I can't speak on behalf of all ISFP's... but I think a big issue is inability to bring to words the thoughts and emotions we experience. It's less a lack of depth, and more a lack in ability to verbalize the internal world. Facts and tangibles are easier to explain, and sometimes you have to jump from concrete example to concrete example with us to piece together the picture we have inside. Because xNFP's are better at verbalizing, we can sometimes feel incompetent and inferior in comparison, and become uncomfortable. So an ISFP changing conversation or coming off as stone cold doesn't necessarily mean disinterest or inability to comprehend. (Though, sometimes that may be the case.) It may just be an unease in coming up with a response.
    "I don't know a perfect person.
    I only know flawed people who are still worth loving."
    -John Green

  7. #7
    Senior Member Forever_Jung's Avatar
    Join Date
    May 2009
    Enneagram
    6
    Posts
    2,340

    Default

    Quote Originally Posted by IndyAnnaJoan View Post


    I can't speak on behalf of all ISFP's... but I think a big issue is inability to bring to words the thoughts and emotions we experience. It's less a lack of depth, and more a lack in ability to verbalize the internal world. Facts and tangibles are easier to explain, and sometimes you have to jump from concrete example to concrete example with us to piece together the picture we have inside. Because xNFP's are better at verbalizing, we can sometimes feel incompetent and inferior in comparison, and become uncomfortable. So an ISFP changing conversation or coming off as stone cold doesn't necessarily mean disinterest or inability to comprehend. (Though, sometimes that may be the case.) It may just be an unease in coming up with a response.
    That was awfully well-put for an ISFP...

    IMPOSTER!

  8. #8
    Senior Member IndyGhost's Avatar
    Join Date
    May 2010
    MBTI
    ISFP
    Enneagram
    4w5 sx/sp
    Socionics
    SEI
    Posts
    2,399

    Default

    Quote Originally Posted by Forever_Jung View Post
    That was awfully well-put for an ISFP...

    IMPOSTER!


    I'm an ISFP who became frustrated with the inability to articulate my thoughts. I worked really hard at developing that side of myself, as it didn't seem to come naturally for me. I had described myself to an INFJ friend as feeling as though I were experiencing a disconnect between my brain and my mouth. Inside I felt chaos that I couldn't explain in words. Journaling + wonderful and inspiring philosophy and english teachers = a pretty dern articulate and loquacious ISFP.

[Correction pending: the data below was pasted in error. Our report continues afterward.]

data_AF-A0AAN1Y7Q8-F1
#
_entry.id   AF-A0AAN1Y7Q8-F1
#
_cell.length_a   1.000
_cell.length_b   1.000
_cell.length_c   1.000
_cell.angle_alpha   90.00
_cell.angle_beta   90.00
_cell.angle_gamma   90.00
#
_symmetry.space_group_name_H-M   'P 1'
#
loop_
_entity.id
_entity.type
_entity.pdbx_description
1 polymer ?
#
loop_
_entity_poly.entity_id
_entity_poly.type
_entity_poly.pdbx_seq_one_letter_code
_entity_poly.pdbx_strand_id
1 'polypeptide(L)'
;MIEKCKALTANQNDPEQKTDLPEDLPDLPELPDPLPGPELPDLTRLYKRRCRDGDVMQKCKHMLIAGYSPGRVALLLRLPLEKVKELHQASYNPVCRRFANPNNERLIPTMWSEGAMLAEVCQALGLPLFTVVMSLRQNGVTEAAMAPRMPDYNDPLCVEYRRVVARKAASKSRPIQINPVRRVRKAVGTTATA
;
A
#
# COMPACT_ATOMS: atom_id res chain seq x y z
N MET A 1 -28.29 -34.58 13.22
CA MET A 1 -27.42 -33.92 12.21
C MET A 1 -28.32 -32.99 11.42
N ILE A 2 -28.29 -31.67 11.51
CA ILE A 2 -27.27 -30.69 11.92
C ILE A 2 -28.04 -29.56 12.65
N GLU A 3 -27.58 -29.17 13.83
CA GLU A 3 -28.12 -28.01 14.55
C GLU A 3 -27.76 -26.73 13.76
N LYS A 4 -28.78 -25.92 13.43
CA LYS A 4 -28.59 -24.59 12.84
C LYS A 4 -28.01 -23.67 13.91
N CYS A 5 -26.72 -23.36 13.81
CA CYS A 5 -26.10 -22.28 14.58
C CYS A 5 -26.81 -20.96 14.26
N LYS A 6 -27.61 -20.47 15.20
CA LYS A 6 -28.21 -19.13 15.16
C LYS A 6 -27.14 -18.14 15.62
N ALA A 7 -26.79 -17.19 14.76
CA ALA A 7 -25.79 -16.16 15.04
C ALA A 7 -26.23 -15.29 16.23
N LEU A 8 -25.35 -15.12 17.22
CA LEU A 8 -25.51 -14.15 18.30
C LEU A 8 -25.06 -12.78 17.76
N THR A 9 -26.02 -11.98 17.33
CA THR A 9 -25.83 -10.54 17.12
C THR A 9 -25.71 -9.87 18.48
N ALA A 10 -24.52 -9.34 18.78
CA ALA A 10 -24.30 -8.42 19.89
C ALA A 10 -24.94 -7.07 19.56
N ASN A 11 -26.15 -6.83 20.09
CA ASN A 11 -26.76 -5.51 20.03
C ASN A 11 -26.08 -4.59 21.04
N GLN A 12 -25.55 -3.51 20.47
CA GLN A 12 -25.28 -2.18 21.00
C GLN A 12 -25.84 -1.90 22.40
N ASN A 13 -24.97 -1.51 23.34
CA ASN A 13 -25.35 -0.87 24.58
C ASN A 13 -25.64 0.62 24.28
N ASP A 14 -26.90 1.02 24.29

I think the ISFP 6's tend to be the most verbally expressive and 9's the least, with 4's somewhere in the middle.

    I feel like the world of Fi and Ni just isn't naturally in the realm of language. And it's sort of what pushes a lot of ISFP's towards the arts or other physical and sensual expression.
    "I don't know a perfect person.
    I only know flawed people who are still worth loving."
    -John Green

  9. #9
    mod love baby... Lady_X's Avatar
    Join Date
    Oct 2008
    MBTI
    ENFP
    Enneagram
    9w1 sx/so
    Posts
    18,086

    Default

    My lil sister was an isfp I think. She had a lot of depth... Just as much as any infp. The only main n/s difference was that she often took things at face value rather than look for deeper meaning. She was very literal and lots of communication issues arose when she assumed any of the intuitive members of my family were. Haha

    Out of 5 of us there are just two sensors and they often seemed bored when we were theorizing about stuff or interpreting situations when they saw no need for it.

    But neither lacked in interesting ideas or opinions.
    There can’t be any large-scale revolution until there’s a personal revolution, on an individual level. It’s got to happen inside first.
    -Jim Morrison

  10. #10

    Default

    xSFPs are the best people in the world

Similar Threads

  1. HELLO EVERYONE! OH NO ANOTHER ENTP.
    By dylate in forum Welcomes and Introductions
    Replies: 28
    Last Post: 12-14-2009, 07:26 PM
  2. Oh No...Another ISTJ!
    By ShinyRoo in forum Welcomes and Introductions
    Replies: 17
    Last Post: 08-30-2008, 06:19 PM
  3. Another INTJ? THAT ONE? Oh, no.
    By Homini Lupus in forum Welcomes and Introductions
    Replies: 12
    Last Post: 08-04-2008, 02:15 AM
  4. Told my boss I was ENFP.. she says, "Oh No!"
    By absoluteuncertainty in forum Welcomes and Introductions
    Replies: 11
    Last Post: 07-28-2008, 01:35 PM
  5. 'Oh no, not another one!'
    By Koanashi in forum Welcomes and Introductions
    Replies: 11
    Last Post: 07-31-2007, 07:36 AM

Posting Permissions

  • You may not post new threads
  • You may not post replies
  • You may not post attachments
  • You may not edit your posts
Single Sign On provided by vBSSO